ANNAPOLIS – Alex Burton, an eighth-grader at St. Mary’s Elementary School in Annapolis, will complete his entrance into the Catholic Church at the Easter Vigil March 31.
He brought along his parents, Ross and Kristin, on that journey.
The Burtons were among the 688 candidates and catechumens who gathered at three locations Feb. 18 for the Rite of Election and the Call to Continuing Conversion.
Candidates, such as the Burtons, are those who have already been already been baptized, and are preparing for the sacraments of confirmation and Eucharist. Catechumens are those who have not been baptized in another Trinitarian faith tradition, and are preparing for the sacraments of baptism, confirmation and Eucharist.
The Burtons were among 192 participating at St. John Neumann in Annapolis.
The desire for conversion first came for Alex in sixth grade, when he transferred from public school to St. Mary’s.
“I hadn’t really learned much about religion, but I still believed in God,” Alex said. “When I was exposed to a religion class, it really changed the way I saw everything related to faith.”
Alex’s school called home and said that he had expressed interest in converting. His parents were open to the idea, but wanted him to mature and explore it before committing.
“We explored it as a family and chose to go the journey together,” Kristin said. “It’s brought us closer as a family. It’s changed our life.”
“Through Alex coming to St. Mary’s, it’s positively affected our whole family and transformed our family,” Ross said. “He had a thirst that we hadn’t quenched for some time, and he got it here.”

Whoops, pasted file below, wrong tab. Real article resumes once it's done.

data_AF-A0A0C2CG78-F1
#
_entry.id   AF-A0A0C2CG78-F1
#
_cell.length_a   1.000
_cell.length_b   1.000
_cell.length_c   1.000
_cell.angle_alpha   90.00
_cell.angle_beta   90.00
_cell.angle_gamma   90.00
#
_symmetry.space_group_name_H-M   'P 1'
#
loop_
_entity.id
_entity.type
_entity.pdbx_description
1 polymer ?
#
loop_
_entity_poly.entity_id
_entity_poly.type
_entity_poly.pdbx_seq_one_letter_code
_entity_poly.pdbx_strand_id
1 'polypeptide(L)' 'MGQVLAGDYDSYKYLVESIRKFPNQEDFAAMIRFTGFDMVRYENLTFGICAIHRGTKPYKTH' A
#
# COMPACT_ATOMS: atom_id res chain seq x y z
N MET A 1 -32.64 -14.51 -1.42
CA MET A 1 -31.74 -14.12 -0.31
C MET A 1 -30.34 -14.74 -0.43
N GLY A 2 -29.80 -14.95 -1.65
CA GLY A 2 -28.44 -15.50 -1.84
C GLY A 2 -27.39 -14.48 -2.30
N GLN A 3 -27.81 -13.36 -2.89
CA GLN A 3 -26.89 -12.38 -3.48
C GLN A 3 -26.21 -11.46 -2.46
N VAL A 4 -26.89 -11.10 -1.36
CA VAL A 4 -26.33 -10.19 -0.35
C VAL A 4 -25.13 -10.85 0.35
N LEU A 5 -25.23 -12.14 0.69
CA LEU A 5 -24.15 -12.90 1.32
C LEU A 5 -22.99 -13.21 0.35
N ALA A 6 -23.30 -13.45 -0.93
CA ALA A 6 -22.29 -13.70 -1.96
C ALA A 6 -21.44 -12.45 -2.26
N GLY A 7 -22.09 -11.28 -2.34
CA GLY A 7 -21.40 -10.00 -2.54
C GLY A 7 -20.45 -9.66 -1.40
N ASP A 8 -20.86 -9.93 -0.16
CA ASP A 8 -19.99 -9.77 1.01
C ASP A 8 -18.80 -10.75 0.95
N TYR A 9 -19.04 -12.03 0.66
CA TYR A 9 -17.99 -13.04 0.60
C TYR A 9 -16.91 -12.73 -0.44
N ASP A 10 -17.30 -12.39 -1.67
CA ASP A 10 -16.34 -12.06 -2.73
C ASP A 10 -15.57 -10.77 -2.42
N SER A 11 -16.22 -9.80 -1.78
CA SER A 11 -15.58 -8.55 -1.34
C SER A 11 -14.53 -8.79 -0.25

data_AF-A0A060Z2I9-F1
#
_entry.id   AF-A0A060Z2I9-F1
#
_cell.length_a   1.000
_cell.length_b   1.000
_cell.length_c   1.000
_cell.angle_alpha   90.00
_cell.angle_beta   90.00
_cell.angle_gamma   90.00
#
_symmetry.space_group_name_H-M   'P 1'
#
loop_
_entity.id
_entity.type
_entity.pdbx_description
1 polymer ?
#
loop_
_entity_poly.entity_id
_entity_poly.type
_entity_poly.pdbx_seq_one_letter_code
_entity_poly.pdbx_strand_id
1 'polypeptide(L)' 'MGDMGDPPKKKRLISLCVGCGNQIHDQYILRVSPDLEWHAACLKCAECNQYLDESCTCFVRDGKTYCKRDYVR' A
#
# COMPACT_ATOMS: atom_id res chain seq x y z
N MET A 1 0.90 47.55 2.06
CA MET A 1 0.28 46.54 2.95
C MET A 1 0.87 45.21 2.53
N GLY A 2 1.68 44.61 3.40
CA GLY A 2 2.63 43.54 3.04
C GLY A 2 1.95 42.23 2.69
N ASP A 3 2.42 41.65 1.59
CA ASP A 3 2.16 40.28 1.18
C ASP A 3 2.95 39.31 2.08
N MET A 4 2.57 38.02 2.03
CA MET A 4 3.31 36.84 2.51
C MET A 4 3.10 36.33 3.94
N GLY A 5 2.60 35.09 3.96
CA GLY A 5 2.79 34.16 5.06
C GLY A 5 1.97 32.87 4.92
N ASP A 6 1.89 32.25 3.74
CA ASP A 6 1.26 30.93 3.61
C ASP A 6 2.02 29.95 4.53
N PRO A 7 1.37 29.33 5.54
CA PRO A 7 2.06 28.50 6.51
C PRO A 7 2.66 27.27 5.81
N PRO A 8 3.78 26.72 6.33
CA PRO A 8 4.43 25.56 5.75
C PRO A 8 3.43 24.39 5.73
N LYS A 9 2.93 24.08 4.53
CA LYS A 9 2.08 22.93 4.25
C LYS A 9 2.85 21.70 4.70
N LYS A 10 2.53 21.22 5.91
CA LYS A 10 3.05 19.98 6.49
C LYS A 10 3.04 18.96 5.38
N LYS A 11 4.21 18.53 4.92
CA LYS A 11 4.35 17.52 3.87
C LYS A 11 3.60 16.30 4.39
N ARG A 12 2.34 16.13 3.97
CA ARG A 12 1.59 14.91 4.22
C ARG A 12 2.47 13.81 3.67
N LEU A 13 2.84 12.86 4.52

The Burtons are part of a new program at St. Mary’s that is geared toward teens wanting to enter into full communion with the Catholic Church.
Upon accepting the director of faith formation position at St. Mary’s last summer, Karen Bruskewicz noticed a gap in the parish’s religious education. There were classes for the Rite of Christian Initiation of Adults (RCIA) and the Rite of Christian Initiation of Children (RCIC), but nothing for those in the middle.
Bruskewicz initiated RCIA for Teens to bridge the gap. This year, 14 teens are going through the program, some from St. Mary’s and some from other schools.
“I keep telling all of them, ‘You are witnesses,’” Bruskewicz said. “Their journey is a witness to community, to our whole parish.”
Bruskewicz said one of the best parts of the RCIA for Teens is that some, like Alex, have inspired their parents to go through the program. Not all teens, however, have the support of their families.
Thomas Fiedor’s mom found out only recently that he was converting to the Catholic Church, and as he is 18, he did not need her parental consent.
Two years ago, Fiedor moved more than 1,000 miles from West Palm Beach, Fla., to Annapolis in a hurry when his mom got a job at the U.S. Naval Academy. Though he was raised Protestant, he was enrolled at St. Mary’s High School.
“Coming to St. Mary’s changed how I wanted to continue my religion,” Fiedor said. “I felt closer to Christ through Catholicism.”
Now a senior, and nearing the end of his process, Fiedor is able to have open conversations with his mom and answer questions that she has, as she offers her support of his journey.
Liz Harris, a junior at St. Mary’s, switched from public school in ninth grade and has found guidance in Bruskewicz, and in RCIA for Teens.
“Karen takes time to explain everything and go through everything, and I just love it,” Harris said. “I didn’t really have much religion, then I came (to St. Mary’s) and was like, ‘This is amazing.’”
All of the faith formation classes come together for the rites and scrutinies.
At St. John Neumann, a mission church of St. Mary’s, the rite was celebrated by Bishop Mark E. Brennan in both English and Spanish.
“Lent is the final act in your preparation for baptism, confirmation and the holy Eucharist – perform well,” Bishop Brennan said in his homily. “The Lord has called you to come closer to Him.”
Archbishop William E. Lori celebrated the rite at the Cathedral of Mary Our Queen in Homeland, and Bishop Adam J. Parker at the National Shrine of St. Elizabeth Ann Seton in Emmitsburg.
Email Emily Rosenthal at erosenthal@CatholicReview.org